The group assignment was to review the safety data sheets of our molding and casting materials and to test them.
This was done in collaboration with with Jordan,
The process and results can be viewed here.
Molding and Casting
Assignment: design a mold around the stock and tooling that you'll be using, mill it (rough cut + (at least) three-axis finish cut), and use it to cast parts
The constraints of this assignment are the size of the stock wax we are to use, the set of milling tools available for the mill, casting material for the mold, and casting material for the part.
The stock wax block we are using is 6"x3"x1.5", so this limits what we can make to something pretty small. I am an avid ninja fan, and my first ever email was firstname.lastname@example.org.
So I decided I would make a shuriken; a small, non-functional, decorative, rotate in my fingers when I'm bored, shuriken.
I started working in Fusion 360 with a fully paramteric model. I drew the wax block, and extruded 2 rectangles into it to give me my actual working space. The working space was designed
to have 1/8" walls all around. I wanted to maximize on my working space, but not on the structural integrity of the wax block.
Then came the actual shuriken. I wanted it to have a ring with an inner diameter large enough to fit around my thumb, so I made it 1". The ring was made by extruding a circle and an offset, and fillets
were added later on equal to half the thickness of the ring, giving it a perfectly circular ring link appearance.
Then I played around with the loft feature. I set a tangent plane on the inner ring wall, and drew a rectangle which would be the base of the blade.
The rectangle width was not larger than where the plane intersects the ring. I then drew a line on the floor of the working space from the middle of the bottom edge of the rectangle,
and this line would be the length of the blade. Finally, I lofted using the rectangle and the far end point of the line to create the pyramid like shape of the blade.
I then made the other blades using a circular pattern.
The sprue were made in a similar fashion. I created a plane on the inner wall of the ring at an offset angle, drew a semi-circle on it with a 1/4" diameter. Given I planned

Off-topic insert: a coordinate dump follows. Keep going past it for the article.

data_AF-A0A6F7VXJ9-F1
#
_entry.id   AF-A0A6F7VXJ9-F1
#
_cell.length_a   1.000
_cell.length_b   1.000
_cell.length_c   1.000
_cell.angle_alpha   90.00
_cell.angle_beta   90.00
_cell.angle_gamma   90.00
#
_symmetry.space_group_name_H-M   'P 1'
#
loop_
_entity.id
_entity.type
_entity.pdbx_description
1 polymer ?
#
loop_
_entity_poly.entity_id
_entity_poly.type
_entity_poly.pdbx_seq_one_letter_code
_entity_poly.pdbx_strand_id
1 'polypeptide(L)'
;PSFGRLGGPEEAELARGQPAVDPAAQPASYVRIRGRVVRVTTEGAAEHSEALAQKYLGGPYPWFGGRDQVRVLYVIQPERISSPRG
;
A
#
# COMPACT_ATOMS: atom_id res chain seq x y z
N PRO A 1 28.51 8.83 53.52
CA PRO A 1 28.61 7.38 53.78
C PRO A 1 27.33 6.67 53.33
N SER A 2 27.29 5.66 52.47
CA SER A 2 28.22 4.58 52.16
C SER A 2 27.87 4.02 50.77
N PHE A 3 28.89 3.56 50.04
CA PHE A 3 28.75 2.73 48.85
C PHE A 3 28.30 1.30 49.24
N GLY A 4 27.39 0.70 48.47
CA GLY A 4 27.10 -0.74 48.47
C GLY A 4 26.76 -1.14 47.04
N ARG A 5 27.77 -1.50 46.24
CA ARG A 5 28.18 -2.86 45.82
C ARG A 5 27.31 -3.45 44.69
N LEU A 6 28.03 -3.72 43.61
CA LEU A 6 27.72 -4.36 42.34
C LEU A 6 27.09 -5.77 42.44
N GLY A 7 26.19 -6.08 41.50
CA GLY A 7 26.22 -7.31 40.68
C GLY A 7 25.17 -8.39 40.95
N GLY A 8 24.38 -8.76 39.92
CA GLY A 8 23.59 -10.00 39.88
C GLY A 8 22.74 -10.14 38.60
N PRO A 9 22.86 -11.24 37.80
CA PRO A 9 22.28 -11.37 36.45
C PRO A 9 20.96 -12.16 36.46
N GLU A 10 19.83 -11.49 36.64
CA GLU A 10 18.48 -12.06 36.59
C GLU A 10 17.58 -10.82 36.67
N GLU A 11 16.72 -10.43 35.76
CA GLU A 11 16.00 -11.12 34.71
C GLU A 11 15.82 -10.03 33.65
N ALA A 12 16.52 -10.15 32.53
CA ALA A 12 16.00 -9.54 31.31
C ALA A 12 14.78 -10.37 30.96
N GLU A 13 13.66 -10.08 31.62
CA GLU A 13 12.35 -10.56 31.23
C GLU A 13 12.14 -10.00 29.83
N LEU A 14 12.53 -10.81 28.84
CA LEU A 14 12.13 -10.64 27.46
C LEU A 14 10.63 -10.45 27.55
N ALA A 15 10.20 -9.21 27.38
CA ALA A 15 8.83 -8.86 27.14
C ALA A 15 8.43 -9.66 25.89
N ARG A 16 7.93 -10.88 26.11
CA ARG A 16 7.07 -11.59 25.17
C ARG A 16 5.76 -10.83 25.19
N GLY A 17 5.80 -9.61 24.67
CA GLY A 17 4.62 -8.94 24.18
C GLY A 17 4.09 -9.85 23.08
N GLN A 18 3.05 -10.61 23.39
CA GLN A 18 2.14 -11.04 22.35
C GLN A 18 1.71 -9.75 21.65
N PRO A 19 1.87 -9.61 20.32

on using molten metal which is very viscours, this was a major design consideration to allow the metal to flow easily and overcome capillarity. I then drew another
semi-circle on the interior top wall of the wax, also at an offset angle and not directly above the shuriken. I wanted the sprue to go to the ring, not the blade.
The other semi-circle was designed to be 1/2" in diameter to make it easy to access when pouring molten metal. I then lofted between the two semi-circles to give me
the offset conical sprew. Finally, I mirrored this sprue to the other side of the same shuriken to act as an air duct and overflow hole.
Registration Point Design
I designed the registration points to be semi-spheres. Spheres are apparently easier to locate when lining up the mold than cylinders.
I started by drawing 4 construction rectangles with corners pinned to the 4 corners of the working space. I made these construction rectangles have a side length of 1/3",
and their corners opposite of the pinned corner would serve as the location of the semi-spheres centers. I then drew circles at these points and a line connected along their diameter to
give me a semi-circle to work with. Using the revolve feature, I either made a male semi-sphere sticking out, or a female semi-sphere cutting into the wax.
It is important to note that the wax registration points are inverts of the mold. This means that the males in the wax are actually the females in the mold. I made the males in the wax
0.005" larger than the females to create a tolerance to ease fitting the two halves of the mold.
In the end, I made 2 males and 2 females on the same mold face.
Final CAD Design
The last step in this design is to mirror everything accross on the other end. This was done pretty easily by creating a contsruction plane cutting the wax block in half vertically,
and then using that plane as the mirror axis. Now I have the wax block ready to go:
With the help of Zain, a godsend TA, we imported my CAD into Rhino to define surfaces. I don't know if this is doable in Fusion 360, I'm sure it is, but Zain likes doing this in Rhino.
The green shows the walls we want to avoid colliding with, the blue shows the bottom of the cutting surface, and the grey is the part. Once that's done, we can import into Mastercam to set the toolpath.
We setup a plan using 3 tools. A 1/4" flat endmill would do the rough cut. The 1/8" ball endmill would do the finish cut. Finally, the 1/8" flat endmill would do a contour cut to clean up edges.
Here is the toolpath for the surface rough parallel cut:
Here is the toolpath for the surface finish cut:
Here is the toolpath for the contour clean-up cut:
With that set, it is time to move from the computer to the real world and actually make this!
We start with the wax block which will be milled, and then used as a mold for my mold.
It is important to secure it during the milling process. I only applied a bit of hot glue on each edge as shown below. Too much glue will make it impossible to remove, too little
will make it fly off when CNC'ing.
The next step is the most critical. You have to set to origin, and never lose it (which I did later on). I eyeballed the origin, and a good trick to use when doing so is this:
if you're setting the x-axis origin, then rotate the flutes of the flat end mill to be paralle to the x-axis, then bring the mill down close to the wax, and stop moving
it when its center is approximatle at the edge of the wax. Same thing is done for the y-axis, but rotate the endmill 90 degrees. For the z-axis, move the mill away from the wax,